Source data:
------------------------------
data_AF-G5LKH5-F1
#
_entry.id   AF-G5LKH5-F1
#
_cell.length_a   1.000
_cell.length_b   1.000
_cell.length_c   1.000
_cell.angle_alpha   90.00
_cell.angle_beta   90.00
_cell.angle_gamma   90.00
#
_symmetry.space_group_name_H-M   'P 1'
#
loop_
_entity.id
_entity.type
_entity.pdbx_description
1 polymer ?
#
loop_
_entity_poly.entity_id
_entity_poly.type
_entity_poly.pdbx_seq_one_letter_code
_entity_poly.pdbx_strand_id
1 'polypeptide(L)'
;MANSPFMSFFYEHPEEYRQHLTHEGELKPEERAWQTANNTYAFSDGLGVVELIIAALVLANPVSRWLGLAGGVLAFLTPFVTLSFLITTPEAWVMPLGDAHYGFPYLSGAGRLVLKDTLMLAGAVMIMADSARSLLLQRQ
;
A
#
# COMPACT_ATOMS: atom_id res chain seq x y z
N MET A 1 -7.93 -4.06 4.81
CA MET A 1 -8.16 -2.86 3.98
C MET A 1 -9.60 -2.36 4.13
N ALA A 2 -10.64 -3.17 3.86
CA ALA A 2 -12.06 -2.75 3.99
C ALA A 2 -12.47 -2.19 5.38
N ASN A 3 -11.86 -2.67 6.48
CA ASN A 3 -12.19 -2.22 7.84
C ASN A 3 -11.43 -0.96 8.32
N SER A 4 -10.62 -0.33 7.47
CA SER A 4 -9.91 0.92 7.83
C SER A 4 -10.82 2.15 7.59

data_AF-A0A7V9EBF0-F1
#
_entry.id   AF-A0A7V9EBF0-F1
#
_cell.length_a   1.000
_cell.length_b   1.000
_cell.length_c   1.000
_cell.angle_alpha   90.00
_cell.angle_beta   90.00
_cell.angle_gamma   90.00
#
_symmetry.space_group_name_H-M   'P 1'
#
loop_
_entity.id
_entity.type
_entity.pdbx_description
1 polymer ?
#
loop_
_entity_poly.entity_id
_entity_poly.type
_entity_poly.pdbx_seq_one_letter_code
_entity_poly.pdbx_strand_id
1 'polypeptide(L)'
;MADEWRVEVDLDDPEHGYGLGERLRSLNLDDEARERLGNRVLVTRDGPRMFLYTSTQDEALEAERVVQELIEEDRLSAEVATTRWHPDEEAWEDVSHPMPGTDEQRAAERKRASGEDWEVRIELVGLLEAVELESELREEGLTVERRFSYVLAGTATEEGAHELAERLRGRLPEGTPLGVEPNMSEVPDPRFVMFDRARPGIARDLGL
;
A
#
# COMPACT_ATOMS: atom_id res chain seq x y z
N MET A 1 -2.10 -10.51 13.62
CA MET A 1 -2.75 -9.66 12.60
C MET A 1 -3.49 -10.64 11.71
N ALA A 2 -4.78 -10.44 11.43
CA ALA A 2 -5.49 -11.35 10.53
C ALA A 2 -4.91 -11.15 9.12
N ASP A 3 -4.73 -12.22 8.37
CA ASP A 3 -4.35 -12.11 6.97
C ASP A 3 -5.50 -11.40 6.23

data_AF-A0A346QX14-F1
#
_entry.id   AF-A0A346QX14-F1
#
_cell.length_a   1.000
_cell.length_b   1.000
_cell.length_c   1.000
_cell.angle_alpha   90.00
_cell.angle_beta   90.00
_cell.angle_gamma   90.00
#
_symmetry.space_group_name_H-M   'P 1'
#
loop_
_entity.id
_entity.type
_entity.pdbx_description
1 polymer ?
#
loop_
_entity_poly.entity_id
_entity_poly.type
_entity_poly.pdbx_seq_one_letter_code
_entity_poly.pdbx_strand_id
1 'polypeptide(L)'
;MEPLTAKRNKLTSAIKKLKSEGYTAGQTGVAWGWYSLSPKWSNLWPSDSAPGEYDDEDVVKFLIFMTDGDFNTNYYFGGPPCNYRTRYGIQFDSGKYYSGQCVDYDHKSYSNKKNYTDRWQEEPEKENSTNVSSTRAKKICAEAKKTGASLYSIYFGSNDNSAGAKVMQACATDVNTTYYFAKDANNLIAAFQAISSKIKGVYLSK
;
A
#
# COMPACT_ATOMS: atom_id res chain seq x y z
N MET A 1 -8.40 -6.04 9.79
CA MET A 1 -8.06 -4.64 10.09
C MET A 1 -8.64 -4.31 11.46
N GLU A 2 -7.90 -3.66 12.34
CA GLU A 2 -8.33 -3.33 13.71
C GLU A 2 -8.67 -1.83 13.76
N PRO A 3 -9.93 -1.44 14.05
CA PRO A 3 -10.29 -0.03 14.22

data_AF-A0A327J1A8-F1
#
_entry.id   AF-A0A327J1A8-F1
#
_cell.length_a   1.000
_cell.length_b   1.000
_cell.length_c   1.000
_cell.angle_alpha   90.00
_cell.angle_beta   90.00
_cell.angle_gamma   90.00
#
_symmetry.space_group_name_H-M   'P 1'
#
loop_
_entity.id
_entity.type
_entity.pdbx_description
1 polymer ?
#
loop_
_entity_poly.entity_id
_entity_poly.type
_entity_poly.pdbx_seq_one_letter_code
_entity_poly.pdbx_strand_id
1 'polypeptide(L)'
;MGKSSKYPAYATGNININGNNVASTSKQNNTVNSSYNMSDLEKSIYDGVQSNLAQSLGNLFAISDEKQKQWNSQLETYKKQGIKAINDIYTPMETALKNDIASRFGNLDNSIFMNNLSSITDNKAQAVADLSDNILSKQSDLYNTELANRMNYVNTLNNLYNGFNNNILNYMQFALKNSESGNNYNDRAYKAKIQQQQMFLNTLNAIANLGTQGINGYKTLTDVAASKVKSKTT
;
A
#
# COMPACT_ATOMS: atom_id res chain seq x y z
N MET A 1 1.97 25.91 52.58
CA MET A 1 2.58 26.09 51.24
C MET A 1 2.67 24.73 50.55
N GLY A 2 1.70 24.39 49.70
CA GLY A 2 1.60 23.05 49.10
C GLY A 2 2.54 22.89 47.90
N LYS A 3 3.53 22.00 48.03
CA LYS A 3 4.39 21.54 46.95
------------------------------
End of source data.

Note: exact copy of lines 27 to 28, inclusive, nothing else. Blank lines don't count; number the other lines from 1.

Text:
;
A